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Guscott column: Cut subs to put the emphasis on attack

THE 2020 Six Nations has at times been riveting in gladiatorial sense, and hopefully we will get that sort of ending when the last round is played in October.

However, overall, I am disenchanted with the direction the game is taking, with the predictability of bigger and bigger blokes running non-stop into bigger and bigger opponents, scrum resets that take forever, and scrum-halves who spend all game box-kicking.

All the teams at the top end of the international game appear to be a much of a muchness, because they play in a very similar way, and are very closely matched. 

We are seeing so much crash-bang-wallop rugby in which the strongest prevails and skill comes second, and I am struggling to see the intelligence in our sport at the moment – when it should be one of the leading factors.

We can have great stadiums, with great atmosphere, but at the moment a lot of the time the spectacle does not grab you. It would be a big improvement if scrums were set and packed down more quickly and efficiently, and the ball was then moved, because it would be more attractive.

There is also a growing issue with the number of home wins, and some teams never look like being beaten on their own ground – and in this tournament in particular there was a sense of England looking almost unbeatable at Twickenham.

What it showed is that the last four year World Cup cycle has ended for good, and this England side looks more powerful than it did during the tournament in Japan. My reading of it is that Wales and Ireland were flattered by their scorelines against England.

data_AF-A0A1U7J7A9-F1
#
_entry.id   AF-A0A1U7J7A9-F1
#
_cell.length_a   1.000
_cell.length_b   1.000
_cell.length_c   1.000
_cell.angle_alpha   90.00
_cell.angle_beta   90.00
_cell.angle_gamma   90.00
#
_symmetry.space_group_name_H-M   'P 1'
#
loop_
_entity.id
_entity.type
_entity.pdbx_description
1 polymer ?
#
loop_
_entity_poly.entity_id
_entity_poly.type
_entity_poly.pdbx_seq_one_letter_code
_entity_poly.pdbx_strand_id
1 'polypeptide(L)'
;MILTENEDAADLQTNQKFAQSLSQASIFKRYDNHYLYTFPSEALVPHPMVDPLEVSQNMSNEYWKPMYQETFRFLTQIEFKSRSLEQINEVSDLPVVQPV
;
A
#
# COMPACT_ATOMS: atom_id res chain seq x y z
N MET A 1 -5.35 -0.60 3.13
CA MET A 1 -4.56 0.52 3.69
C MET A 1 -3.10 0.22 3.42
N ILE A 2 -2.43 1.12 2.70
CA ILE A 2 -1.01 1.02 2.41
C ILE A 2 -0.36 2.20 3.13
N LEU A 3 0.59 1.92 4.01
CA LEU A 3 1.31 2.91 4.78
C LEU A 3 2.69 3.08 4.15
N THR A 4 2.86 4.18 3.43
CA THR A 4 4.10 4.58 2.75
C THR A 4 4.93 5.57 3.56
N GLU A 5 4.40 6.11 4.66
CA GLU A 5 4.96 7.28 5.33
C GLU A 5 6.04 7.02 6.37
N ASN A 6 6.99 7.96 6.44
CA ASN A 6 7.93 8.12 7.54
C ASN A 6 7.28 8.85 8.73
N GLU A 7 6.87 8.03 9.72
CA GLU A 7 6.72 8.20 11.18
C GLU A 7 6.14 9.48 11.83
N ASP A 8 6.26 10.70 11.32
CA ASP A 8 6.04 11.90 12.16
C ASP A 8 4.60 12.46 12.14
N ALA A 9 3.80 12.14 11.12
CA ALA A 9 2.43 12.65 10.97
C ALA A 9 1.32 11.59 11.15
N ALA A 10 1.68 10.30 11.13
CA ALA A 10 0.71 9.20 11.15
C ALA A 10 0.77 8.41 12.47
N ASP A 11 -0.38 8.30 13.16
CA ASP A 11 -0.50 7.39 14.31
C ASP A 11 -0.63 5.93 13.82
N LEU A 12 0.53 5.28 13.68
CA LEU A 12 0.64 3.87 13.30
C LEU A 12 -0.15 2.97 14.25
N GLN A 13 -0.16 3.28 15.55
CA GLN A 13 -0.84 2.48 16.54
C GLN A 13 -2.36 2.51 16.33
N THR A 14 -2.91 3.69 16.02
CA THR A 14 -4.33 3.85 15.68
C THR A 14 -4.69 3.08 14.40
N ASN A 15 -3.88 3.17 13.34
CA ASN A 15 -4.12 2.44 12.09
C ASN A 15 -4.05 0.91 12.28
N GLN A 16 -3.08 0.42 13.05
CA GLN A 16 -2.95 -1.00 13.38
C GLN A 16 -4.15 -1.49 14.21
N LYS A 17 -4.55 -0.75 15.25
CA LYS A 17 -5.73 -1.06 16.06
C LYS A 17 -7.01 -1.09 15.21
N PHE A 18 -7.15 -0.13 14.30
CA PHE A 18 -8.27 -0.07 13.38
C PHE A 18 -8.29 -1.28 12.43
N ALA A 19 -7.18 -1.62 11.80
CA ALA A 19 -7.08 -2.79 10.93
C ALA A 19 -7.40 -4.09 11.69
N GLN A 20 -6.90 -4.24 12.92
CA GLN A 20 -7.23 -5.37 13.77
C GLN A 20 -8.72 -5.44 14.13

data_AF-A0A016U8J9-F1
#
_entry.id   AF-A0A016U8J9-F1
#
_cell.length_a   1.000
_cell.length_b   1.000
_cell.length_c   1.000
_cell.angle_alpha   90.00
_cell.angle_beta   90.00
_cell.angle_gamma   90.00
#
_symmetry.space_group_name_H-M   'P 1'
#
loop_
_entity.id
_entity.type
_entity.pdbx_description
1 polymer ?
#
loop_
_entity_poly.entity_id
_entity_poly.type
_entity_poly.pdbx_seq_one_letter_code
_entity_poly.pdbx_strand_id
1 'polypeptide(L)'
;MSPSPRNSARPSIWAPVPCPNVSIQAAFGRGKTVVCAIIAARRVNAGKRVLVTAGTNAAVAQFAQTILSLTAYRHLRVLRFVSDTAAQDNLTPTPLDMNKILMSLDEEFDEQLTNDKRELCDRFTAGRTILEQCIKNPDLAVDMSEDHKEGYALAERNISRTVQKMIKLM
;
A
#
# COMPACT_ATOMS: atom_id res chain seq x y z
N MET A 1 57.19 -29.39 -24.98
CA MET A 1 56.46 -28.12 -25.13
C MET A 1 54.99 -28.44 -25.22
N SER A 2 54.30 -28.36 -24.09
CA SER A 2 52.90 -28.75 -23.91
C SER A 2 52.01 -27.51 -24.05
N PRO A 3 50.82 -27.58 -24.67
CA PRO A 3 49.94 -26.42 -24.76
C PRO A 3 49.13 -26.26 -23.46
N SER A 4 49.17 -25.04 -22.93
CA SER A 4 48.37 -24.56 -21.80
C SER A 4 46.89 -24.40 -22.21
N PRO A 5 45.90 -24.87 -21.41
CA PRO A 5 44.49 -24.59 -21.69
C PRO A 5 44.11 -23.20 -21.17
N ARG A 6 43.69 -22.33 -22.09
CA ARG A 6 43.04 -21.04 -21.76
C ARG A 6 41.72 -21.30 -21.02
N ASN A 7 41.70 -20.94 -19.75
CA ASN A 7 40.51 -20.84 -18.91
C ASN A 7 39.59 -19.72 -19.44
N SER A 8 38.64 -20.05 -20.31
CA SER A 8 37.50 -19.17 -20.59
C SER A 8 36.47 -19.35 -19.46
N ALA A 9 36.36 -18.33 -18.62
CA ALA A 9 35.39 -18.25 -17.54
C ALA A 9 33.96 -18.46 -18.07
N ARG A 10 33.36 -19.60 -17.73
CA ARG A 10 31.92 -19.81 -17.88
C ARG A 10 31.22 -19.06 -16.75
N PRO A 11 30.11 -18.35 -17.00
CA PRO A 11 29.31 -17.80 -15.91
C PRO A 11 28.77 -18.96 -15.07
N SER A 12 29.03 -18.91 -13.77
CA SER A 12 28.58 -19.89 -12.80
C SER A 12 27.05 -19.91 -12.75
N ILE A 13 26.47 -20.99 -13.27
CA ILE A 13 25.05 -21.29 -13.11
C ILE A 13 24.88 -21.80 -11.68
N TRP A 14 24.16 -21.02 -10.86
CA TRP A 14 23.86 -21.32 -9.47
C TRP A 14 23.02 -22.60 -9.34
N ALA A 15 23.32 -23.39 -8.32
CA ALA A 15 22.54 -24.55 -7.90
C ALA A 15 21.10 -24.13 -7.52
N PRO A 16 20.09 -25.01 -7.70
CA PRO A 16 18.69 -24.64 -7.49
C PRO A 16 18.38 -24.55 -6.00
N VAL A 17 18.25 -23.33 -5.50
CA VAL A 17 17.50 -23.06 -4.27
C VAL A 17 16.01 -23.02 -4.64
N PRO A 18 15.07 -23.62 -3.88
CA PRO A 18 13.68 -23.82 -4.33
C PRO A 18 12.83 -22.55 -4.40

What will be interesting to see is whether, on the back of this power game, England can develop their attacking options further.

Anthony Watson’s try against Wales was brilliant in terms of great deception and execution, and England’s progression has to be in terms of developing their back play even more along these lines.

It is unlikely, however, that the game against Italy in October will be a measure of how far they have improved, and we will have to wait until they play the southern hemisphere sides in the autumn for that to happen.

The idea of the game being mainly about big blokes running into each other has limited appeal, and instead we need to see more technique and skill. The best way to make that change is to not allow so many subs to come on.

The game needs to fix its root problem with the number of replacements now, and not delay. As far as I’m concerned, you can have eight players on the bench, but you should only be allowed to bring two of them on as injury replacements.

There is a straitjacket about the way the game is being played at international level, and my fear is that Rugby Union is starting to become boring – and it is mainly because of the way the game has gone in terms of the number of substitutes allowed, and the influence that has on defences.

It’s why, when you get a great attacking try like the one Wales scored through Justin Tipuric against England immediately after half-time, that people are bowled over by how spectacular it can be. What they do not seem to realise is that long-range inter-passing tries of that sort used to be scored reasonably regularly, rather than very occasionally.

The problem we face in the Six Nations, and in other tournaments, is that there is now a far bigger emphasis on defence than there is on attack, and it is the number of replacements that is responsible.